Janet Erskine Stuart on the Blessed Virgin Mary

Mater in Barranquitas (Puerto Rico) - photo by MC Chandler rscj (USC)

Excerpt from “Purification” in Prayer in Faith, pp 56-58

In discussing the Feast of the Purification, Janet Stuart notes that this feast marks a transition between the Christmas season and Lent, a moment when we have in mind both the joy of the Incarnation and the “shadow of the Cross,” when the Mother of Jesus hears Simeon’s prophecy that a sword will pierce her heart.

Both the joy and the sorrow were real and true, and existed at the same time in the same soul.  Costly joys and radiant sorrows, and between them, our Lady always calm, always strong, always so silent, keeping them in her heart, teaching us how to bear both, how there should be no illusions about our joys, and no giving way under our sorrows.

There are three things to be noted in the way in which she took them: She treasured them in her heart, ‘His Mother kept all these words in her heart.’  She did not for joy or sorrow change anything of the ordinary course of her life.  She let them work their work in her soul. …

If we knew now all the lessons that God has taught us in moments of joy or sorrow by those particular waves of grace that accompany them, we should be well advanced in the spiritual life.  But we forget, and forgetfulness of spiritual lessons learnt is one of our greatest drawbacks.  We do not keep things and ponder them in our heart enough, either lights, or facts or warnings; we let them go.  Why do we have to be so often taught and told the same thing by God or man, for instance, ‘that pride goeth before destruction’ and ‘the spirit is lifted up before a fall’; that God blesses obedience, and that self-will has no blessing, that sorrows blossom into joys, if we take them well—only because we do not ponder these things in our hearts as our Lady did.

We change too easily under joy or sorrow.  They take us off our duty, we lose our balance in joy or give up the struggle and let ourselves go to sadness.  Our Lady did not change anything in the course of her life and duties.  We cannot imagine her sitting down with the Child in her arms to grieve over Simeon’s prophecy, or dream of His future greatness.  She was at her duties with the same gentleness as if she had not the sword of sorrow in her heart.  All the power of the joy and sorrow went out into doing the daily duty with entire submission to the Will of God. …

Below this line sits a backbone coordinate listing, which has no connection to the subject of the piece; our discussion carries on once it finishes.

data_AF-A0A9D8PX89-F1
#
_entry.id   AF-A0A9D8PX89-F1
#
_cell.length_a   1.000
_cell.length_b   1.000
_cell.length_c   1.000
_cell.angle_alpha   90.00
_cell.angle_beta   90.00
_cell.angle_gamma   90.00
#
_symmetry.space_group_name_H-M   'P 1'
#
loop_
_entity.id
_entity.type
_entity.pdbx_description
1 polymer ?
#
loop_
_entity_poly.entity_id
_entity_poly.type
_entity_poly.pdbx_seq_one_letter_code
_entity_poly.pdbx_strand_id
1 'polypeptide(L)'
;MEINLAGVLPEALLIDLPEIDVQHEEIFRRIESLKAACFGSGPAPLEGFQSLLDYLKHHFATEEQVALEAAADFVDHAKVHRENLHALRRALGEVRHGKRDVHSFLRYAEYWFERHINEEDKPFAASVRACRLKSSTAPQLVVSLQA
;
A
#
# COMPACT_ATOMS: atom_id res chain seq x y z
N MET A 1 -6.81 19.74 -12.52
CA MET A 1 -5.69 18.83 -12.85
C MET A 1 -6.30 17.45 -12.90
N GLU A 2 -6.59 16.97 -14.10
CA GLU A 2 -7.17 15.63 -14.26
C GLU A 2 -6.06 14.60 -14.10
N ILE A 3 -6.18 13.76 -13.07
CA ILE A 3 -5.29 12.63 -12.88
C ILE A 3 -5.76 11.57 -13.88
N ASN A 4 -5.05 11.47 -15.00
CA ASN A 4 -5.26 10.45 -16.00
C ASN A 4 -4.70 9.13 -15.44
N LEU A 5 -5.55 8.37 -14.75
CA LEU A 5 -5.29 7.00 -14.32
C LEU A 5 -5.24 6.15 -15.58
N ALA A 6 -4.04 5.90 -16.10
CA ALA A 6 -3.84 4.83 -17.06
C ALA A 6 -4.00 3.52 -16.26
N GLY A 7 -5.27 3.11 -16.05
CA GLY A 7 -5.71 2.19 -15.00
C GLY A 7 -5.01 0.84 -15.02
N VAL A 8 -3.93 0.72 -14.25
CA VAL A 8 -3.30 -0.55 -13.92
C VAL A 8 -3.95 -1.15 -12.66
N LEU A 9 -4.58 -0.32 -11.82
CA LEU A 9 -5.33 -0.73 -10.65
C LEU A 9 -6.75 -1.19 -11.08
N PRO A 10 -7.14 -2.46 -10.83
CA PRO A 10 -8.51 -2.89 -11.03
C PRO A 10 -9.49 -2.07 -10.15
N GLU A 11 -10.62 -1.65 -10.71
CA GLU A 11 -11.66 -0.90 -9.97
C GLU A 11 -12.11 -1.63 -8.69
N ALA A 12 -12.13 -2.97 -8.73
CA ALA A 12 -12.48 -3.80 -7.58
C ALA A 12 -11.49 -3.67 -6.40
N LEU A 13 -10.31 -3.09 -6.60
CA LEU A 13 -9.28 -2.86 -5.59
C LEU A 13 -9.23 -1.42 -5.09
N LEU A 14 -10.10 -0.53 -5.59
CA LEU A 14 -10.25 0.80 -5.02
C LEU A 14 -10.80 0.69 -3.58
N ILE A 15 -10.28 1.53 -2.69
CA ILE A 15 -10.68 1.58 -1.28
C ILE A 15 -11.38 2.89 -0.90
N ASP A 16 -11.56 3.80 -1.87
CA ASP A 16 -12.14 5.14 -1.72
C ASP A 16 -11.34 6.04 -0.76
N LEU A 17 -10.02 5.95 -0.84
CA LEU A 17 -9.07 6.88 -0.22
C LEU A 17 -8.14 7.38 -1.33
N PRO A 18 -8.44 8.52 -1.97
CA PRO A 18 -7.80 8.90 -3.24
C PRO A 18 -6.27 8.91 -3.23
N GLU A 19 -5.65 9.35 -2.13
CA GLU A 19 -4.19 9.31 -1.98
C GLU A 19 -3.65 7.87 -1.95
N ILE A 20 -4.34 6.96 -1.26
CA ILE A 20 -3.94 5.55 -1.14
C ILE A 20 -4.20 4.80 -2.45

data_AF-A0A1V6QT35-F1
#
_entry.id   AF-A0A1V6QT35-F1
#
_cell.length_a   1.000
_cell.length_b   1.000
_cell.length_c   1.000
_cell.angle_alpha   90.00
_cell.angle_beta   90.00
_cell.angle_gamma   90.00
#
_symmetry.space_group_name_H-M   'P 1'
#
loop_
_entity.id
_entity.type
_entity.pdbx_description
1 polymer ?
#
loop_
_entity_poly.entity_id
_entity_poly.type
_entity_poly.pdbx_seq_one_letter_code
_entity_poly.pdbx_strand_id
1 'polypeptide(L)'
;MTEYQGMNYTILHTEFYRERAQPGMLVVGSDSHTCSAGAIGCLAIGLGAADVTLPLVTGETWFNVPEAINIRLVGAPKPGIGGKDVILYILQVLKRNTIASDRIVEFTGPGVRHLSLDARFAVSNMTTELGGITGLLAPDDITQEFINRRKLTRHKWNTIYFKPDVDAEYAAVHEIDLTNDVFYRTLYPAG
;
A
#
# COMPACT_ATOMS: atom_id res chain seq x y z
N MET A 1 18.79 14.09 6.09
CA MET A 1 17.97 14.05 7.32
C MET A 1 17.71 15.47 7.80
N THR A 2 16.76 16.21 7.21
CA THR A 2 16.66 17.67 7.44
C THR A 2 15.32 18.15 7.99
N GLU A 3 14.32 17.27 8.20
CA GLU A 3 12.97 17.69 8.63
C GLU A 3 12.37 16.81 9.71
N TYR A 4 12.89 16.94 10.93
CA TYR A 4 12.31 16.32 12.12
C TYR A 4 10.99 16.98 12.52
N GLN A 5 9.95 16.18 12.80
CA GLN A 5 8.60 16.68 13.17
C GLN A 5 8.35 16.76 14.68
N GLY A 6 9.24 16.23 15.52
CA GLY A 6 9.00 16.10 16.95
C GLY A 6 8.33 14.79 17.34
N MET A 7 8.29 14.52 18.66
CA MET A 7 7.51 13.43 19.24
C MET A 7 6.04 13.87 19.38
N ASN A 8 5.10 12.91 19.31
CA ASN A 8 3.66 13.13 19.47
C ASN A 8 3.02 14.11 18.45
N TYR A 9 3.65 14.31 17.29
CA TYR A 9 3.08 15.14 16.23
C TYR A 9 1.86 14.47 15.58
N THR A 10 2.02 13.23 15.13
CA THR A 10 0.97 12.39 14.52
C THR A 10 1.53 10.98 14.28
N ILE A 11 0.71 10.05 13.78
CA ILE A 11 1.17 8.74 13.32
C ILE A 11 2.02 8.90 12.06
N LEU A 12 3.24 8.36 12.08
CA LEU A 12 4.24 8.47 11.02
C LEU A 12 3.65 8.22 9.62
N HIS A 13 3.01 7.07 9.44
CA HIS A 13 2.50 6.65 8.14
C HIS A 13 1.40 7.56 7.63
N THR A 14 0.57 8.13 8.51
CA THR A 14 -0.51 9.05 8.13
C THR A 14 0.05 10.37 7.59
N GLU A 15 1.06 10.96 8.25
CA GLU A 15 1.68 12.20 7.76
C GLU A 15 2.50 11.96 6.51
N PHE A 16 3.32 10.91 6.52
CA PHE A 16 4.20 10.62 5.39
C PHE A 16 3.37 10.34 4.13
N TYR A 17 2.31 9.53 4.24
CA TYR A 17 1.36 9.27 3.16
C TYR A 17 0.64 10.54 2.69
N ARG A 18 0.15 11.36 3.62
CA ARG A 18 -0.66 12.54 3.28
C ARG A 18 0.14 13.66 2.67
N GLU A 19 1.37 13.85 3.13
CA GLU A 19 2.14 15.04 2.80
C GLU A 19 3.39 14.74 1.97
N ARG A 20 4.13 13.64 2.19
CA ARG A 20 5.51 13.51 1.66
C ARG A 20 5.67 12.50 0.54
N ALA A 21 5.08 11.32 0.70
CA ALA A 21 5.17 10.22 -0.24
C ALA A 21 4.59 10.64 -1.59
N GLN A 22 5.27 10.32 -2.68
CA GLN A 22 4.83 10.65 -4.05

At the same time … she let the joys and sorrows change her.  Through want of co-operation we receive priceless gifts which leave our souls unchanged. Every sorrow ought to fit us to bear more; every joy well accepted ought to widen our horizon, enrich our sympathy, tenderness, and forbearance.  Our Lady let them work in her soul a work of grace of their own, and so they will for us if we let them.

Joys and sorrows are meant to exist in the same soul, they are meant to follow each other in regular succession.  We should never attain sanctity if we had nothing but joy; God fixes the proportion of each that is best for each soul—thus joy is the herald of sorrow and sorrow of joy.  They come like the seasons upon the ground.  The winter has the promise of the spring, so sorrow the promise of joy. …

Let us ask our Lady to teach us how to make use of the sorrows and joys of life.


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